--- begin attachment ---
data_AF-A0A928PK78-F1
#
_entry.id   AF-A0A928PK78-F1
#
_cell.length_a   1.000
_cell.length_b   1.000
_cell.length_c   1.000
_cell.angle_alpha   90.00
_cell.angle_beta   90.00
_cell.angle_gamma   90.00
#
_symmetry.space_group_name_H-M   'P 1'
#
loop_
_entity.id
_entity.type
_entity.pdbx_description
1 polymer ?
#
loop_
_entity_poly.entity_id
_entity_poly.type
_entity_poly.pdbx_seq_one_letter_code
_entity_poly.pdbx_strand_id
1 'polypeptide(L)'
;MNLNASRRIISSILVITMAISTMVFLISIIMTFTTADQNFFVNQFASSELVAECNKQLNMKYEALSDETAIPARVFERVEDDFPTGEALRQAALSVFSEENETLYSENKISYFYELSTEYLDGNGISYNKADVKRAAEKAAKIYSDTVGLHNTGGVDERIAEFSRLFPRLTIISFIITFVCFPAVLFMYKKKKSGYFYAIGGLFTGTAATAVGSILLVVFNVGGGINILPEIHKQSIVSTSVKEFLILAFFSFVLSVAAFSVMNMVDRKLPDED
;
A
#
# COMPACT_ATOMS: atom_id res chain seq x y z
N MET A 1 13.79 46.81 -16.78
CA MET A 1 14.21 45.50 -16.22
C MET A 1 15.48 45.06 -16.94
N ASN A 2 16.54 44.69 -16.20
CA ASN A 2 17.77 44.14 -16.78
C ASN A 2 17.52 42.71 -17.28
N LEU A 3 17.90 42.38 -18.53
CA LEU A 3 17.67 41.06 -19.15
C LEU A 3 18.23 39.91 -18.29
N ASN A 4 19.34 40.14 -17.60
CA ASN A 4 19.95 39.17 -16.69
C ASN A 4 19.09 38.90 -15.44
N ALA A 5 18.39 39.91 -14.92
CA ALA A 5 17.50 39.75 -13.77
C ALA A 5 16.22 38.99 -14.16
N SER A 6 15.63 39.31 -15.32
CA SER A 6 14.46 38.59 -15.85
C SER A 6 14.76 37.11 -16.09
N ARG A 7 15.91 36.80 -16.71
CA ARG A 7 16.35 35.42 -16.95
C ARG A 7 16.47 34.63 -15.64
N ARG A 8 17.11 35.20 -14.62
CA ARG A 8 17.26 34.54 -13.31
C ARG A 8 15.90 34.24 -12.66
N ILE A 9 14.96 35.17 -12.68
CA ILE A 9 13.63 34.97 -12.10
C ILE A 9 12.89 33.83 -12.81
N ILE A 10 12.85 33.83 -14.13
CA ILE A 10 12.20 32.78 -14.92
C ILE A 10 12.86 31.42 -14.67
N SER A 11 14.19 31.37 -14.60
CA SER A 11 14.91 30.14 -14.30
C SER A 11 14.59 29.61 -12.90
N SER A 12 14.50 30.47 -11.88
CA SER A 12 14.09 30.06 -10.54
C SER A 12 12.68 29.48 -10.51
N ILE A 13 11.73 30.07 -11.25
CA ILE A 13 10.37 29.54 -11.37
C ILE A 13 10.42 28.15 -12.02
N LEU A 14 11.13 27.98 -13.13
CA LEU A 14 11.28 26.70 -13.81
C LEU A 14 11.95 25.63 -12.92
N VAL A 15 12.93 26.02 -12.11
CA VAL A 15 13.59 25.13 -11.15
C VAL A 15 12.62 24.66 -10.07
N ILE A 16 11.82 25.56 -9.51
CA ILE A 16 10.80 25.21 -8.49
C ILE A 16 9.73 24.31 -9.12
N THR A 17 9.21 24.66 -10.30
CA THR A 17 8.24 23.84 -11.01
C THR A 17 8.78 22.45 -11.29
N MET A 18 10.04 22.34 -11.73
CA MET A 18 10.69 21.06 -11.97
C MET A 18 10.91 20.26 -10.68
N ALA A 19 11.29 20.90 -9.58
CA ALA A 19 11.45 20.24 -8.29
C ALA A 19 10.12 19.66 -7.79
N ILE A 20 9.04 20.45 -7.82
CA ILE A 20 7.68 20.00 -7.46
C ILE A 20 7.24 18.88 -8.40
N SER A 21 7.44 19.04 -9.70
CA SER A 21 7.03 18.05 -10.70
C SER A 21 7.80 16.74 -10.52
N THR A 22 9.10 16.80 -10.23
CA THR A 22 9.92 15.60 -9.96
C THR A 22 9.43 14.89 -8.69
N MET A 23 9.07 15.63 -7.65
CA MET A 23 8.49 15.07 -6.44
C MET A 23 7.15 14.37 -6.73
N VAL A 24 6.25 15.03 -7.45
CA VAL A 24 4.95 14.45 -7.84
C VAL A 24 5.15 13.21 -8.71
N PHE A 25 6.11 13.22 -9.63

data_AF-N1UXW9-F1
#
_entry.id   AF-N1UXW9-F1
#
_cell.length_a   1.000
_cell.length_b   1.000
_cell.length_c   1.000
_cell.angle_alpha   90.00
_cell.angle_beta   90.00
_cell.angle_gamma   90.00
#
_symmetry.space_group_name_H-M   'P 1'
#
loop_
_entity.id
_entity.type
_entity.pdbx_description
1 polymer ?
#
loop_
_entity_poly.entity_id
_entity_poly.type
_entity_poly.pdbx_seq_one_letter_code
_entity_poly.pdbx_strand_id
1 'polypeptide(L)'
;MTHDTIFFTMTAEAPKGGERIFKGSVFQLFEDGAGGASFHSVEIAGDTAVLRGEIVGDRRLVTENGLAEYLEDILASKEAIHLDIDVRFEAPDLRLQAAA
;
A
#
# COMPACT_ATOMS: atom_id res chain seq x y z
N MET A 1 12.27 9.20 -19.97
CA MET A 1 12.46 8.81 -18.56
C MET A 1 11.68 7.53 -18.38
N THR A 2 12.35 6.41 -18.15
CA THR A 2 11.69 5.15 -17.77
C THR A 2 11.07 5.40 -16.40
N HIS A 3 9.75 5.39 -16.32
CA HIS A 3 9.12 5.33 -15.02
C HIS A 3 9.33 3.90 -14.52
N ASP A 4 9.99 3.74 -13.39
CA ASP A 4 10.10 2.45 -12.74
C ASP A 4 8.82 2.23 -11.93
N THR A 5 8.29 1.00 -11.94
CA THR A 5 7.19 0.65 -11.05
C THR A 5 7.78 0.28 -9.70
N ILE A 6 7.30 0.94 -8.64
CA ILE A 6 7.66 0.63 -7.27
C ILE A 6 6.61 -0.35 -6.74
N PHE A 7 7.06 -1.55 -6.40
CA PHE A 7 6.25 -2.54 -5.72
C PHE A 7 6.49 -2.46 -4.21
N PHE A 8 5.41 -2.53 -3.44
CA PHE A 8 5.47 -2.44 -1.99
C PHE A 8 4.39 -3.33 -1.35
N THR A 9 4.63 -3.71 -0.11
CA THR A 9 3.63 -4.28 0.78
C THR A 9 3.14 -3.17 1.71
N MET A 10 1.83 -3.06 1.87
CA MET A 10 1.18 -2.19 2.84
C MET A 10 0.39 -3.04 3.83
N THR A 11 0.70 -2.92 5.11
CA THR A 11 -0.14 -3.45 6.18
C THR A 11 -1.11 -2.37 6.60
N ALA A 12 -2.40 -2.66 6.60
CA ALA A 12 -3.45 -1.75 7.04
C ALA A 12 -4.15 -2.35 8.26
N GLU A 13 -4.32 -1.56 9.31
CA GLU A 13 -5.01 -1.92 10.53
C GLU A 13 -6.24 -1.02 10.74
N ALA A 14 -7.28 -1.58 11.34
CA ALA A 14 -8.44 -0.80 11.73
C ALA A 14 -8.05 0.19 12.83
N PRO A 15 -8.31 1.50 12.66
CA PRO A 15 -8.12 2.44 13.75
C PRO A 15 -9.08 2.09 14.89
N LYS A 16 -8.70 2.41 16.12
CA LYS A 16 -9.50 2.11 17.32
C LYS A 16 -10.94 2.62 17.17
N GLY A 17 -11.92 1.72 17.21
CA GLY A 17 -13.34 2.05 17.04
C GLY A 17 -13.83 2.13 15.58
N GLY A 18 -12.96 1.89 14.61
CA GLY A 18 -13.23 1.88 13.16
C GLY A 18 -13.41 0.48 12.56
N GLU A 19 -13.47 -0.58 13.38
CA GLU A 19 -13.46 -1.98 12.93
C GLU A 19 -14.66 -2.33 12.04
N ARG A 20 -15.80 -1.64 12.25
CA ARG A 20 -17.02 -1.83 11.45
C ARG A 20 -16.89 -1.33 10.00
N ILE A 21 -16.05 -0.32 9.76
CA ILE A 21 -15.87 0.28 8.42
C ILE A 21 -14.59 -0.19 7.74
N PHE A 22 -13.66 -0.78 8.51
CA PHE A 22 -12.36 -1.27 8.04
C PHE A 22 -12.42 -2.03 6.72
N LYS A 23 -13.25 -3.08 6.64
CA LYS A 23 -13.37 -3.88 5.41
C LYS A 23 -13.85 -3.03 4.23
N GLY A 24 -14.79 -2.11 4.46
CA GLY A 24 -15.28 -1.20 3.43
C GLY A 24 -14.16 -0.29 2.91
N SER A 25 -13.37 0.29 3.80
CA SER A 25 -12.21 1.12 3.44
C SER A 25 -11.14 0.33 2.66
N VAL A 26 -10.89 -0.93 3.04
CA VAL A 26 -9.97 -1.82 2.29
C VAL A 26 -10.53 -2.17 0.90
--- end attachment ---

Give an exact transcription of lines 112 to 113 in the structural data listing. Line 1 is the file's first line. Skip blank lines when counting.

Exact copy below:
_cell.angle_beta   90.00
_cell.angle_gamma   90.00